ingenuity of the Irish cook, however, produces a proliferation of
delicious dishes based on trotters (pig's feet), Bath chaps (cured cheeks
and tongues eaten breaded and fried), brawn (pig's head cooked in spicy
broth then chopped and gelled), griskins (odds and ends of pork trimmings
pounded flat then breaded and fried), and the wide use of bacon fat to
flavor dishes based on cereal or vegetables.
Beef is enjoyed but expensive for frequent use. Mince is the name given to
ground beef, brisket is used for simmered corned beef and cabbage, while
spiced beef is a traditional Christmas treat. Chickens are used
occasionally, mostly in soups or stewed dishes, and goose is a holiday
specialty. Game finds its way to the table less often: quail, grouse,
hare, pheasant, snipe, partridge, woodcock, duck, and venison. Local lamb
is increasingly enjoyed.
Herring is a regular part of the diet and Irish fish soups are a
specialty. Lough negh pollan (a fresh-water herring) and potted or soused
herring make good companions to potatoes. Fish that is baked slowly in a
pickling mixture keeps well and may he eaten hot or cold: this is called
potted or soused. Many other fish are readily available: mackerel, trout,
cod, haddock, whiting, flatfish, and smoked or fresh eels. Willicks
or willocks are winkles or periwinkles that have been boiled in
seawater then eaten out of their shells with a pin, sometimes accompanied
with vinegar and salt or lightly dipped in fine oatmeal. Blocking
and lythe are two fish commonly sold dried and filleted. Crab and
lobster are available but the large Dublin prawns, whose fat tails are
sometimes exported as scampi, are special favorites, as are freshly
Eggs are enjoyed with ham, bacon, or sausages, often as a breakfast dish,
but more often as a dinner. Eggs are also a frequent ingredient in other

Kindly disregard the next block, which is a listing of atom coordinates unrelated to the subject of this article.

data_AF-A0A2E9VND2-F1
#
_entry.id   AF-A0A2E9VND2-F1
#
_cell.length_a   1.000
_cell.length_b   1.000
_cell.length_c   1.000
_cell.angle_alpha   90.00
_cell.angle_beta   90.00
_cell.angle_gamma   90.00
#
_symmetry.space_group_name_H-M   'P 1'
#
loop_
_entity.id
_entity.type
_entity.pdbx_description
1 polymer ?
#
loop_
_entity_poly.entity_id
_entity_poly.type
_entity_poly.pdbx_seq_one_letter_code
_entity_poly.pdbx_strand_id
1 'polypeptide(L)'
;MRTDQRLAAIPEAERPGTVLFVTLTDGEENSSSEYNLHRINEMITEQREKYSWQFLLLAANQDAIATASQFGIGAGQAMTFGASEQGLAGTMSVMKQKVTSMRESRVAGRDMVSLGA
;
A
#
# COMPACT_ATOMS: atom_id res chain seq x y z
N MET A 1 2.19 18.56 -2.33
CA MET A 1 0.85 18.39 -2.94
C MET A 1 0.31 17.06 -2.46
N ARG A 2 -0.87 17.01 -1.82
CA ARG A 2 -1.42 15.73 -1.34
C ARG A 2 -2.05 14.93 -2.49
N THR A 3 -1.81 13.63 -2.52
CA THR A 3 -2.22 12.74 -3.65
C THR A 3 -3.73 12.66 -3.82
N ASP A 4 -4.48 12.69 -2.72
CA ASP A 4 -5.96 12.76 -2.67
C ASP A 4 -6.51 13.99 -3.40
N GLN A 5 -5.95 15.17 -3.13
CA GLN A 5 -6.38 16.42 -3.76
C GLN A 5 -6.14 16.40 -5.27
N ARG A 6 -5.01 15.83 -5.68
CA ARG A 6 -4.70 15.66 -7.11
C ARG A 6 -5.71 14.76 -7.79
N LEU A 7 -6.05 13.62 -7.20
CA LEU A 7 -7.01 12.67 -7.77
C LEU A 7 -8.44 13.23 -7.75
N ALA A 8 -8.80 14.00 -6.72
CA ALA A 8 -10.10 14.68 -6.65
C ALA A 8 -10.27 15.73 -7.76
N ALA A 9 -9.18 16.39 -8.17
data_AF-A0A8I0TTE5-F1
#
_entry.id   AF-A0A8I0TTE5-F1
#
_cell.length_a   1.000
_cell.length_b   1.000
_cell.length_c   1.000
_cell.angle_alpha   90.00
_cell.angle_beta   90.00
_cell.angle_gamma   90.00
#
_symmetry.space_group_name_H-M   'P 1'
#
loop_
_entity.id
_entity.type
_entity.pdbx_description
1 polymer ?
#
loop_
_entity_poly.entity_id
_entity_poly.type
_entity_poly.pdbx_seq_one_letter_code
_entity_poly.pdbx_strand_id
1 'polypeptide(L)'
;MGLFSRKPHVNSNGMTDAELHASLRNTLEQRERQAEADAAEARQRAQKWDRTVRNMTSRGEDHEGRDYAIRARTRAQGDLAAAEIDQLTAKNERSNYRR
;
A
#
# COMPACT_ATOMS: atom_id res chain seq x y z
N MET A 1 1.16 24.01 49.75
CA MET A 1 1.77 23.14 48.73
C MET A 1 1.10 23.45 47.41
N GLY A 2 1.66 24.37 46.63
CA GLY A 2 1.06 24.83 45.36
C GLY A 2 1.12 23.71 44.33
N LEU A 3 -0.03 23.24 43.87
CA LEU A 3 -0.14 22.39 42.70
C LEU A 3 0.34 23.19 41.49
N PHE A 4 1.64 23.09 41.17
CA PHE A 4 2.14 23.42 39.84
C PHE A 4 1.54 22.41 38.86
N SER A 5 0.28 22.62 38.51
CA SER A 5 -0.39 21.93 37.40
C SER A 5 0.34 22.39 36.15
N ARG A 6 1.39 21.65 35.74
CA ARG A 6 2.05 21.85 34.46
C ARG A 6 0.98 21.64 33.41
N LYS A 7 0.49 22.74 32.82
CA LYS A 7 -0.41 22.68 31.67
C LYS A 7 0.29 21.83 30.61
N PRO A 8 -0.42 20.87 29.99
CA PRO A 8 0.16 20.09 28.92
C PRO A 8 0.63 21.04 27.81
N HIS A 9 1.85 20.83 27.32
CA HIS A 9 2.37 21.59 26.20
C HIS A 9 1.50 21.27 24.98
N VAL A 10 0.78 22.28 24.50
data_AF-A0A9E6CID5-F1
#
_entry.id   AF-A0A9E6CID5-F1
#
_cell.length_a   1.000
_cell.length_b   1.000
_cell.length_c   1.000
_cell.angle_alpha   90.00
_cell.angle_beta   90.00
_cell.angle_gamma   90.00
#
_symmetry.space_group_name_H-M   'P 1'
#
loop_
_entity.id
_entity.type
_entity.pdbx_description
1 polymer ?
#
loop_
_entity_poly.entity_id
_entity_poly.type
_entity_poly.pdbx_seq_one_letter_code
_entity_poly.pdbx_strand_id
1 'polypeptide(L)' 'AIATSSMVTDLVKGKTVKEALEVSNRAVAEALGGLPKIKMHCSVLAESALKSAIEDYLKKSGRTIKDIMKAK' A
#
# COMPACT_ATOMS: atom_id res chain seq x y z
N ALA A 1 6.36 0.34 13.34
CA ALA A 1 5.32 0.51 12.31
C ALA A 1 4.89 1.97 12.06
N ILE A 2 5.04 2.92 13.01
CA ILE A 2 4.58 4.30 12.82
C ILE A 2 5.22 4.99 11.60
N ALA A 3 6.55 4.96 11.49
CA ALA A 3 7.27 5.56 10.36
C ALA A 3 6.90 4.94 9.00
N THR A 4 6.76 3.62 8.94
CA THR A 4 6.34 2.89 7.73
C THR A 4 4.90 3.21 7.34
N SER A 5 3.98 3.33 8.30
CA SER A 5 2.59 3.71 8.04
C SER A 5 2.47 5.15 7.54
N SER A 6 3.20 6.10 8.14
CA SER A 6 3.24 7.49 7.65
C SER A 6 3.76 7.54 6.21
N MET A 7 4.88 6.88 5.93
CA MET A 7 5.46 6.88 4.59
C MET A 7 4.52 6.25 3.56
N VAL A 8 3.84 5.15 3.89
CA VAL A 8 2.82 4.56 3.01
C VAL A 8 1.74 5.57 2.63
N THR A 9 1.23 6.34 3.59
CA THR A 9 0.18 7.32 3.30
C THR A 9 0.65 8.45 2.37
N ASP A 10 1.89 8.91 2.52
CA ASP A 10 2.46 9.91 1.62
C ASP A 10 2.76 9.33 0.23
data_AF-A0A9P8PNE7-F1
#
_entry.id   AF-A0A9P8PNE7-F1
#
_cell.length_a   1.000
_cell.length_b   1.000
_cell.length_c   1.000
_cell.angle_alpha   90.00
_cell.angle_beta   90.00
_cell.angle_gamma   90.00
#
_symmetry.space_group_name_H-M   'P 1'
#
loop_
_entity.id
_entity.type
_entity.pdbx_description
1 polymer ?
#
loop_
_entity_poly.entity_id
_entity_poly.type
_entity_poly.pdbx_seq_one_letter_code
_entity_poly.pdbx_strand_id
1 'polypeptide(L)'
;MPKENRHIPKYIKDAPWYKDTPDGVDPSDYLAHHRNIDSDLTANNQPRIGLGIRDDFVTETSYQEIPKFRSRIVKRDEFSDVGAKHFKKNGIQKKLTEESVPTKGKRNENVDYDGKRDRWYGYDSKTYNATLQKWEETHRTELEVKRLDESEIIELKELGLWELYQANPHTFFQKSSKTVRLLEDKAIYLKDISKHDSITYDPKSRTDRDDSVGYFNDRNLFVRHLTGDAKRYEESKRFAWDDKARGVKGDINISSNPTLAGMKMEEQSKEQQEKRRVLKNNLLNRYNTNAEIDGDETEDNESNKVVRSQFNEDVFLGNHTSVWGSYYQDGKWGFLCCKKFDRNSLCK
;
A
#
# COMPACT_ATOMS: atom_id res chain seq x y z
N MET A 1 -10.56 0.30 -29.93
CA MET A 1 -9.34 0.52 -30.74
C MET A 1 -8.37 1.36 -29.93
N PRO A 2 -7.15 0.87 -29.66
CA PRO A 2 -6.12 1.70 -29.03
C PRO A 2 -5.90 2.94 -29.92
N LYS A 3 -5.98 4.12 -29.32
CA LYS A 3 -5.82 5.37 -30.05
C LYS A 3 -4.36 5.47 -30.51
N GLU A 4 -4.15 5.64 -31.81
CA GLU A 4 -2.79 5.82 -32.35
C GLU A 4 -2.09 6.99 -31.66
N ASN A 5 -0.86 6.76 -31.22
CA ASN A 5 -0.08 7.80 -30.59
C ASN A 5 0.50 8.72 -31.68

dishes. Peas and dried beans are used less frequently. Nuts cannot be
considered a protein source as they are infrequently used in baking, and
only on special occasions (Halloween) as a treat.
BREADS AND GRAINS
A hot cereal for breakfast in Ireland means oatmeal. Oats and wheat flour
(often wholegrain wheat) are used widely in preparing the many breads and
biscuits that are a part of most meals and always accompany tea.
Frequently, fine oatmeal or coarse wheat flour kneaded into leftover
mashed potatoes will form the dough for a stomach filling bread or even a
main dish piecrust.
Bacon fat is the most widely used fat for cooking and baking and even as a
spread. Butter is used when it can be afforded, most often to lend taste.
Increasingly, oil is finding its way to Irish kitchens.
SWEETS AND SNACKS
Traditionally, simple cooked fruit desserts, custards and milk puddings
made with carageen (a fresh moss used as a thickening agent), and
bread puddings are the usual desserts. Cakes are for special occasions
only (Christmas and weddings) and most baked goods are not heavily
sweetened if they are indeed sweet at all. Honey, treacle (molasses), and
white sugar are the usual sweeteners. Yellowman is the traditional
Irish sweet: a hard candy similar to the brittle in peanut brittle. Sugar
is also consumed in tea. The Irish also enjoy homemade jams and jellies
eaten with breads and biscuits. Newer Irish cuisine is borrowing gourmet
recipes and using fresh Irish fruits and cream to create spectacular
The Irish spice shelf is a small one but growing! Salt and pepper together
with onions and leeks are the daily seasonings. Caraway seeds are used in
breads, cakes, and pancakes, cinnamon and nutmeg and mace enhance rich
festive fruitcakes together with nuts, dried fruits, and currants. Butter
and bacon fat also add flavor to vegetables and fish. More recently, fresh
herbs, more spices and even garlic and butter simmered vegetables are
being enjoyed and not just by tourists.
Tea is the beverage accompanying every meal and most snacks. The Irish
have a reputation for their love of alcoholic beverages, stout being the
usual, but occasionally whiskey or mixed drinks too. The Irish don't
linger over their drinks, the reason perhaps found in one of their many
sayings: "Don't sip a cocktail, drink it quickly while it's still smilin'
Of the milk drinks, buttermilk is enjoyed over whole or skim milk as a
drink for refreshment or with meals.